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Goal: 30,000 Progress: 7,415
Sponsored by: The Rainforest Site

One of the most magnificent animal icons in the world is in greater danger of becoming extinct than anyone realized. The cheetah, known for its incredible agility and top speed of 75 mph, is now racing against the clock for its very survival. The International Union for Conservation of Nature (IUCN), the global authority on threatened species, can help prevent this tragedy by upgrading cheetah status on their Red List to "endangered."

An important new study led by the Zoological Society of London, the Wildlife Conservation Society, and Panthera has revealed that only 7,100 cheetahs remain in the wild. The lead author, Dr. Sarah Durant, calls the study the most comprehensive analysis of cheetah status to date. She adds, "Our findings show that the large space requirements for cheetah, coupled with the complex range of threats faced by the species in the wild, mean that it is likely to be much more vulnerable to extinction than was previously thought."

Those threats are all caused by humans. Habitat fragmentation is the big one - a glaring 77% of cheetah habitat is unprotected today. Other major threats include conflict with livestock, deadly encounters with vehicles, and the deliberate theft of over a thousand cubs to be sold on the black market as high-status exotic pets. 85% of those cubs died after being stolen from their mothers.

The revised population total and the drastic decline of the cheetah population must not be ignored. The IUCN should recognize the gravity of the situation, and immediately raise the cheetah's conservation status from "vulnerable" to "endangered." The IUCN Red List is a vital tool that governments around the world use to allocate funding and resources to needed conservation efforts. This update will directly encourage the international community to strengthen protections for the cheetah, and could be the very key to their survival.

Nobody wants to see cheetahs disappear from the world forever. Tell the IUCN to act now.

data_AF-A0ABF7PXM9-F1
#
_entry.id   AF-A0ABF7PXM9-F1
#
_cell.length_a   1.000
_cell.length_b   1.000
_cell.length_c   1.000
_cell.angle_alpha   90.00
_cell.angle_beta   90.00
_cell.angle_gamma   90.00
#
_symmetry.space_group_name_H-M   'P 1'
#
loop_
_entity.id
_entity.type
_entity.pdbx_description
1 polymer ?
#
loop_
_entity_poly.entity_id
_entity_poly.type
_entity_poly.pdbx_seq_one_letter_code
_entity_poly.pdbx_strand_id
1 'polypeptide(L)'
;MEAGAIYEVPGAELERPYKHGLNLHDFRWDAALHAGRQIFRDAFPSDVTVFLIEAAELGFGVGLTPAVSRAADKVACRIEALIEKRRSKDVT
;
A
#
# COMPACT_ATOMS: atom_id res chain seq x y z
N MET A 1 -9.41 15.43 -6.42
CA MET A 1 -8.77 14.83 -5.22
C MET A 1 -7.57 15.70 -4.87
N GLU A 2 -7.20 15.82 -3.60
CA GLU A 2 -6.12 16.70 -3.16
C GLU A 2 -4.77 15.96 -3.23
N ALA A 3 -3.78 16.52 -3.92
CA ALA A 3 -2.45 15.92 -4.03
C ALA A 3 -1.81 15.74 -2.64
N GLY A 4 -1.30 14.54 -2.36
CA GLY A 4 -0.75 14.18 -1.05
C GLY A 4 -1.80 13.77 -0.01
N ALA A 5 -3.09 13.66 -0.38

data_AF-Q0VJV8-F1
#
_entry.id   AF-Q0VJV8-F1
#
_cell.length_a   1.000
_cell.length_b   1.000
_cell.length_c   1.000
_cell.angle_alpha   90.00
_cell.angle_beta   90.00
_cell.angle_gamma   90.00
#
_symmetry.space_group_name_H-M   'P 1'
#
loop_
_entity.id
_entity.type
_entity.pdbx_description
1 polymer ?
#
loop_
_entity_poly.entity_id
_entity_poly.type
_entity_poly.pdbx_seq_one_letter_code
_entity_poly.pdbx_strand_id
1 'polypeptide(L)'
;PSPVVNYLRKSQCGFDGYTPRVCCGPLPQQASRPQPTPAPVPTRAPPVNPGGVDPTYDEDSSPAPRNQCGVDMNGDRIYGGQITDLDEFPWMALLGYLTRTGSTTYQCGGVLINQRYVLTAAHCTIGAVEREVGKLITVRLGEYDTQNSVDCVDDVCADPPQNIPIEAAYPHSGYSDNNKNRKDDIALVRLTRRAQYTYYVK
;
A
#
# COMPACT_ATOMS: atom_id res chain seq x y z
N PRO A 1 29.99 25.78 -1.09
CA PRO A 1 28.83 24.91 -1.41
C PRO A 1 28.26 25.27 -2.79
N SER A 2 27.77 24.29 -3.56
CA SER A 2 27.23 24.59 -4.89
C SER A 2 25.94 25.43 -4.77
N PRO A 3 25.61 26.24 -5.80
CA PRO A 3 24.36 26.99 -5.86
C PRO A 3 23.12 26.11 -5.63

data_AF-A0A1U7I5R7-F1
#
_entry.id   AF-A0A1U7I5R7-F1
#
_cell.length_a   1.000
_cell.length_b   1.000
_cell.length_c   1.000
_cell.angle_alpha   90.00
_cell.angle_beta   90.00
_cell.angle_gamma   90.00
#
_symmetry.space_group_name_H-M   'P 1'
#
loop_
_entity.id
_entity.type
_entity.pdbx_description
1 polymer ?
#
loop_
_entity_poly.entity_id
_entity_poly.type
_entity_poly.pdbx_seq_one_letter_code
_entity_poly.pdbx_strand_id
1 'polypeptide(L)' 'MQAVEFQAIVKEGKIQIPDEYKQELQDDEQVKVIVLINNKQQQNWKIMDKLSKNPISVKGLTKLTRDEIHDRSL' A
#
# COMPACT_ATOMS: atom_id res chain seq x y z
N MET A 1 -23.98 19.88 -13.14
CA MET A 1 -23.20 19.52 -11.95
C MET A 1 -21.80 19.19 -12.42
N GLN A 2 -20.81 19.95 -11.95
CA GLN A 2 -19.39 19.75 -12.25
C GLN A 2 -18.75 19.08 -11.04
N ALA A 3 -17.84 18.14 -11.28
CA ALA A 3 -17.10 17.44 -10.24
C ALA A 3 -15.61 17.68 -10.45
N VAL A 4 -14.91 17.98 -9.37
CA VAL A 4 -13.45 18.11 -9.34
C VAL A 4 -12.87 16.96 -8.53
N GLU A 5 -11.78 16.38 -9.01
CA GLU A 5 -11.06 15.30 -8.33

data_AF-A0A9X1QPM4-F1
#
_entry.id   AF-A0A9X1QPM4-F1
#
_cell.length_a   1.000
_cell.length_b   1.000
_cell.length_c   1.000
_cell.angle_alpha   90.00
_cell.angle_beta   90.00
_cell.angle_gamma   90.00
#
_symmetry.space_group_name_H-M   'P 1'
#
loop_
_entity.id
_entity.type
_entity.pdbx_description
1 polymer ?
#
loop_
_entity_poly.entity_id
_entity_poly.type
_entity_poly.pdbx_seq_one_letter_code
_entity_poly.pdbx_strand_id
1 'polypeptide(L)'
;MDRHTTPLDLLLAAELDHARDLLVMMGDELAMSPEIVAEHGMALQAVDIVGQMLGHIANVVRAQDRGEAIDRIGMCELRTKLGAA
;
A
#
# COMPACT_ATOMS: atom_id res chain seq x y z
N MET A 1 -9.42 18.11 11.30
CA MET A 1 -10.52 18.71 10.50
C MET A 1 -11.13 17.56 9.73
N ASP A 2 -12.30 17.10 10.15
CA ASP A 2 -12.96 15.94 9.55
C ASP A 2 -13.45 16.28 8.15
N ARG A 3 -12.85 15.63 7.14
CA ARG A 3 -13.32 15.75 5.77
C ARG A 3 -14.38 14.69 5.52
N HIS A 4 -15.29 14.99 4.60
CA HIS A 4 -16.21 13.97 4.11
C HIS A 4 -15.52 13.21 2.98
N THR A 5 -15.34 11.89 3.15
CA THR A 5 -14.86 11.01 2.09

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Dear Inger Andersen, IUCN Director General:

The recent in-depth study of the global cheetah population conducted by the Zoological Society of London, the Wildlife Conservation Society, and Panthera has revealed that the species Acinonyx jubatus is in greater danger of extinction than any of us realized. The current status of "vulnerable" is based largely on approximations that assume that the total population is over 10,000 individuals. It also assumes a decline of 30% over the last 3 cheetah generations.

The new study clearly shows that the species' decline is actually much greater than expected. 77% of cheetah habitat is unprotected. This leaves the 7,100 remaining individuals severely vulnerable to habitat loss, conflict with livestock, hunting, deadly encounters with vehicles, and poaching of cubs to feed the black market's exotic pet trade. Zimbabwe's cheetah population is a telling example, plummeting from over a thousand animals to just 170 in 16 years. That's a staggering 85% population loss.

The current population reduction rate based on this study would appear to fit the criteria for an "endangered" status, and the extinction probability in the near future is also higher than previously assumed. Surely this qualifies the cheetah, an iconic species, for the protections afforded by an official IUCN status of "endangered." Such a designation would help the international community to strengthen protections for the species, which could be the key to their very survival.

Please reevaluate the cheetah's status for the Red List, and change it from "vulnerable" to "endangered." We all want to see this species survive for future generations.

Petition Signatures


Jun 18, 2018 Bridget Hopper
Jun 18, 2018 Tamara Bacon
Jun 17, 2018 Dorothy Peier
Jun 17, 2018 Beth O'Brien
Jun 17, 2018 Yvonne Fourgous
Jun 16, 2018 Gina Fendeu
Jun 16, 2018 Catherine Koumis This planet is their HOME too. We humans destroy this planet from our endless and insatiable greed for more. If we carry on like this there will be nothing beautiful left on this planet.
Jun 16, 2018 Amanda Bradfield
Jun 15, 2018 Nina Shirina
Jun 14, 2018 Debbie Strickland
Jun 13, 2018 (Name not displayed)
Jun 13, 2018 jenaea duddie
Jun 13, 2018 Samantha Urbowicz
Jun 13, 2018 Ben Chapman SAVE THE CHEETAHS
Jun 13, 2018 Emily Denker
Jun 13, 2018 Isabel McIntyre
Jun 13, 2018 Jackson Cushing
Jun 13, 2018 (Name not displayed) Save the Cheetas!!
Jun 13, 2018 Cameron Emmerson
Jun 13, 2018 (Name not displayed)
Jun 13, 2018 Elizabeth Ladegard
Jun 13, 2018 Amanda Smith
Jun 13, 2018 Barbara Hauck
Jun 13, 2018 Dan Alexander
Jun 13, 2018 Olivia Donahue
Jun 13, 2018 Rachel Bova
Jun 13, 2018 David Fox
Jun 13, 2018 george tsakiris
Jun 13, 2018 rylan Colbourne-Grant
Jun 13, 2018 bethany harrison
Jun 13, 2018 Nick sedor Save the Cheetahs
Jun 13, 2018 Shelby Kiro
Jun 13, 2018 Jamie Lombardi
Jun 13, 2018 Joan Tremblay
Jun 13, 2018 Ariana Spearin
Jun 13, 2018 r w
Jun 13, 2018 Breanna Moldoch
Jun 13, 2018 Frida Simms
Jun 12, 2018 Angie Hyde
Jun 12, 2018 Frances Pelle
Jun 11, 2018 Denise Irwin-podlesny
Jun 11, 2018 Miyuki Gilliland What are we doing human. Many of famouse animals are extincting. We have to prorect now!!
Jun 11, 2018 (Name not displayed)
Jun 11, 2018 karen Moulder
Jun 10, 2018 Sophie Avoustin
Jun 8, 2018 Armida Franceschini
Jun 8, 2018 Terry Wallerstedt
Jun 8, 2018 Ana Chen
Jun 8, 2018 Sandra Thompson
Jun 8, 2018 Laura Valentine

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